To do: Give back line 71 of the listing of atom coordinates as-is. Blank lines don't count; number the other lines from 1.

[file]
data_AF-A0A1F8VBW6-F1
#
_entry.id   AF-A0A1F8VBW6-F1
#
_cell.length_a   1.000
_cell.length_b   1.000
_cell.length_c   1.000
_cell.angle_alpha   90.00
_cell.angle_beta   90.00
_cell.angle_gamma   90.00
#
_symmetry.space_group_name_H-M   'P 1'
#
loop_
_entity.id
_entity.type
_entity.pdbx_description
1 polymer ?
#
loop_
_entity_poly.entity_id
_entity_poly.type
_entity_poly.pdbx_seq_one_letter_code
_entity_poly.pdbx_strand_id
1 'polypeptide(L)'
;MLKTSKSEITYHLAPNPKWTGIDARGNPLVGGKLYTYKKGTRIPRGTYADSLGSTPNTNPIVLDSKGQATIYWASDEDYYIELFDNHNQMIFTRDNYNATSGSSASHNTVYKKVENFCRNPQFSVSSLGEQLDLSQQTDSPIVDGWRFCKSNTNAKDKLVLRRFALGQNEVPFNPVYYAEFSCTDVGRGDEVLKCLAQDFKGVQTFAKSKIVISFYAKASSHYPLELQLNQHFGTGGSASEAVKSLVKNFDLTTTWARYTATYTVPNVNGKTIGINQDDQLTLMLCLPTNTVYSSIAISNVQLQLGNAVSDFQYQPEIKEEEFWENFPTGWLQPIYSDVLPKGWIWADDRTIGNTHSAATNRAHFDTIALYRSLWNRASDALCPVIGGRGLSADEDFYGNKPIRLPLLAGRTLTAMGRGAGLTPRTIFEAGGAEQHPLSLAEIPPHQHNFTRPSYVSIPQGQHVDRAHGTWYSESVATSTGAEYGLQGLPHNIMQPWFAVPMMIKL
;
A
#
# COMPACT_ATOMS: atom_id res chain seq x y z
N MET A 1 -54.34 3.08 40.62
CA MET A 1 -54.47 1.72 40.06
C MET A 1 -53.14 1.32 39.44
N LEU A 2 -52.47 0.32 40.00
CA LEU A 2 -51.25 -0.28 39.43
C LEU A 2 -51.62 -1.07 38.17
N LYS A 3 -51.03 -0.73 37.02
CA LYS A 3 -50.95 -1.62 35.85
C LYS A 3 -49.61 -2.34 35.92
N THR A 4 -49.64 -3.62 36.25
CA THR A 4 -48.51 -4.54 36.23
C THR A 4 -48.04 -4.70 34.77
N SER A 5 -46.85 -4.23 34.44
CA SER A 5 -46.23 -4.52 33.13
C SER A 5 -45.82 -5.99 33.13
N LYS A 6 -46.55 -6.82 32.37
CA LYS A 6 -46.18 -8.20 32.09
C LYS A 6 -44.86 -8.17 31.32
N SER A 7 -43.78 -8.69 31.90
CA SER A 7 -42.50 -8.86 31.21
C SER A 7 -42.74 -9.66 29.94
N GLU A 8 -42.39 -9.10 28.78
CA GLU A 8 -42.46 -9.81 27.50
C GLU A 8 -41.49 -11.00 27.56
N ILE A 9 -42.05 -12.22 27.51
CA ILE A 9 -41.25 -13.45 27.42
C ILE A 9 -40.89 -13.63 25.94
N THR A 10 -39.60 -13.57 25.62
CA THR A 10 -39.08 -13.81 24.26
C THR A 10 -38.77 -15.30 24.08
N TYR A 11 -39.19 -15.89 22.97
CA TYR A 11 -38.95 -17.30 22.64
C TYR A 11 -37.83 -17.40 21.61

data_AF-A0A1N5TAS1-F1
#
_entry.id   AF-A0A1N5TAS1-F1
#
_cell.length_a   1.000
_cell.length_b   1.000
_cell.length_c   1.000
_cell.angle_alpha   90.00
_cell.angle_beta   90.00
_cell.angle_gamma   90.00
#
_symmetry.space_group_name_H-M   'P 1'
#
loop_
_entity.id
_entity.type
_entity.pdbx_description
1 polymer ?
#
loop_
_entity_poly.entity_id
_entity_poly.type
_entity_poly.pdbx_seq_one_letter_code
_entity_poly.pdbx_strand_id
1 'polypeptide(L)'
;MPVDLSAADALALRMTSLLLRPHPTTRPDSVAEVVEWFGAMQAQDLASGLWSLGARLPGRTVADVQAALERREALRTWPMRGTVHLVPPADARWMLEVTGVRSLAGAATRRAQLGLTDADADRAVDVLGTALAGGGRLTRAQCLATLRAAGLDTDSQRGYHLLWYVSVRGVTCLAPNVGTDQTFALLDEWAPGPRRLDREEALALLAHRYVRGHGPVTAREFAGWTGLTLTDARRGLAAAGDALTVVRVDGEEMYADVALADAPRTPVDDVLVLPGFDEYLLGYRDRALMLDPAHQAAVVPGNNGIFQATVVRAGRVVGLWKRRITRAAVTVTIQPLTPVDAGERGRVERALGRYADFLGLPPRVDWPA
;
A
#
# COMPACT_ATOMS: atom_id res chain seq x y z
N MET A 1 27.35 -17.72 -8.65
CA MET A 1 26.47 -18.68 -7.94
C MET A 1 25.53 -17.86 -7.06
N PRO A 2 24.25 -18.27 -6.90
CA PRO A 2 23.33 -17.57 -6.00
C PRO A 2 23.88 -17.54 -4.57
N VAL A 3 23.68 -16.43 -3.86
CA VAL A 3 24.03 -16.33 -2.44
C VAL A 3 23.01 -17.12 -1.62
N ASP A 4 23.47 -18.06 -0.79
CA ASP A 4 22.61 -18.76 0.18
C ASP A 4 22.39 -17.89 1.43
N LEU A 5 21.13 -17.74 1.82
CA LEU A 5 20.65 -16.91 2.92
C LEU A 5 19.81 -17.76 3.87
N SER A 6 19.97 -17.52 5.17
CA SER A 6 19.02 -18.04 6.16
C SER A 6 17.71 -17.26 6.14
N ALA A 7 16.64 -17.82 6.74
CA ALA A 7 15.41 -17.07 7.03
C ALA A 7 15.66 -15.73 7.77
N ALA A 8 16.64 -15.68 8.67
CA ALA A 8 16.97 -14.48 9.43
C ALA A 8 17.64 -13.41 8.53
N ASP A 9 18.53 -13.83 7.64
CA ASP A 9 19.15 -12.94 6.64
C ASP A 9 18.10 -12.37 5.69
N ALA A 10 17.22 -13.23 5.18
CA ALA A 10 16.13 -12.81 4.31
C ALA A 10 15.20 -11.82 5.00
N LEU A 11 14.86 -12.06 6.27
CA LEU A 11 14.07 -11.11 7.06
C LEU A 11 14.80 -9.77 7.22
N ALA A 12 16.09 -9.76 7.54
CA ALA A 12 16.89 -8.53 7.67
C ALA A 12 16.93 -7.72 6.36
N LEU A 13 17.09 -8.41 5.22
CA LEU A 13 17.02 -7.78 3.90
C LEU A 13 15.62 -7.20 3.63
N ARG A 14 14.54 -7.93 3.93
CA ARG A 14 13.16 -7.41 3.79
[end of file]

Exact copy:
_cell.angle_alpha   90.00